This is just a small sampling of the exciting new developments in the SPR field. Overall the outlook for the surface plasmon resonance biosensor industry is very positive.
2. The trend in instrument technology is higher sensitivity, higher throughput, and higher cost
Amazing new technologies are being developed that are pushing the limits of biosensor performance further. For example, Creoptix, a Switzerland based company, uses waveguide technology to improve sensitivity for small molecules so that there is no lower limit on molecular mass. The MASS-1 by Sierra Sensors is a high throughput machine that can process over 2000 samples per day using 16 detection spots with 8 injection needles.
Wasatch Microfluidics use their continuous flow microspotter technology and the IBIS MX96 SPR imaging instrument to generate up to 10,000 sensorgrams in a single run (about 36 hours). The Prometheus from NanoTemper is a new tool for stability screening that can look at the folding and unfolding of 48 different protein or antibody samples at once. This is just a small sample of some of the new technologies out there.
However, with all of these developments, instrument cost and complexity has increased. The average cost of the instrumentation presented at Sensorcon 1 was over $200,000, with annual maintenance contracts an average of $15,000. This made it clear to us that our OpenSPR™ instrument fills an important gap in the market – the need for an affordable and low maintenance SPR solution.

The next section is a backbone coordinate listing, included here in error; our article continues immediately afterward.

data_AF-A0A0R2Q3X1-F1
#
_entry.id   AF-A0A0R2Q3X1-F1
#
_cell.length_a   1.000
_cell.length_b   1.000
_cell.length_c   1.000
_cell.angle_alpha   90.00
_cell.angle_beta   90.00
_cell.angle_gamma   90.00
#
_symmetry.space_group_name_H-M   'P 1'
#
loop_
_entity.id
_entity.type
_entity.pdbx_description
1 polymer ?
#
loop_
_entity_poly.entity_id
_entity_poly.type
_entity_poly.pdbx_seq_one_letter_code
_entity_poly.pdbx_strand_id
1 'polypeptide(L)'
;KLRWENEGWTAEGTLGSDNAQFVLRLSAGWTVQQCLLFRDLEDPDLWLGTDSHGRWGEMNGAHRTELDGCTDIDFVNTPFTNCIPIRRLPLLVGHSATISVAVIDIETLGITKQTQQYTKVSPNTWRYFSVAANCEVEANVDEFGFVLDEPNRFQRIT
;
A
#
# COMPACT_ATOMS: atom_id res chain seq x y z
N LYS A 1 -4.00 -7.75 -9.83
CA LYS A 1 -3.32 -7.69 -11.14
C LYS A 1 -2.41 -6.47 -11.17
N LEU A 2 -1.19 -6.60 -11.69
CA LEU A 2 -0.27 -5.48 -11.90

3. There is still a lot of BAD data out there
As much as biosensor technology and know-how has progressed since the early 1990’s, there are still a lot of researchers that struggle to get good, reliable binding data that fit to a 1:1 model. Unfortunately much of this data gets published. Even expert users run into this problem all the time. However, inexperienced users will try to explain poor data fits with complex physical models rather than try to improve experimental conditions, which in most cases is not correct. Many experimental variables can be modified to improve binding data, such as using different surface chemistries, reversing which binding partner is immobilized, reducing immobilization levels, adding or removing detergents, and many other things. It is an iterative process. Researchers have to remember not to over-fit the data with complicated models that do not match reality of the biological world.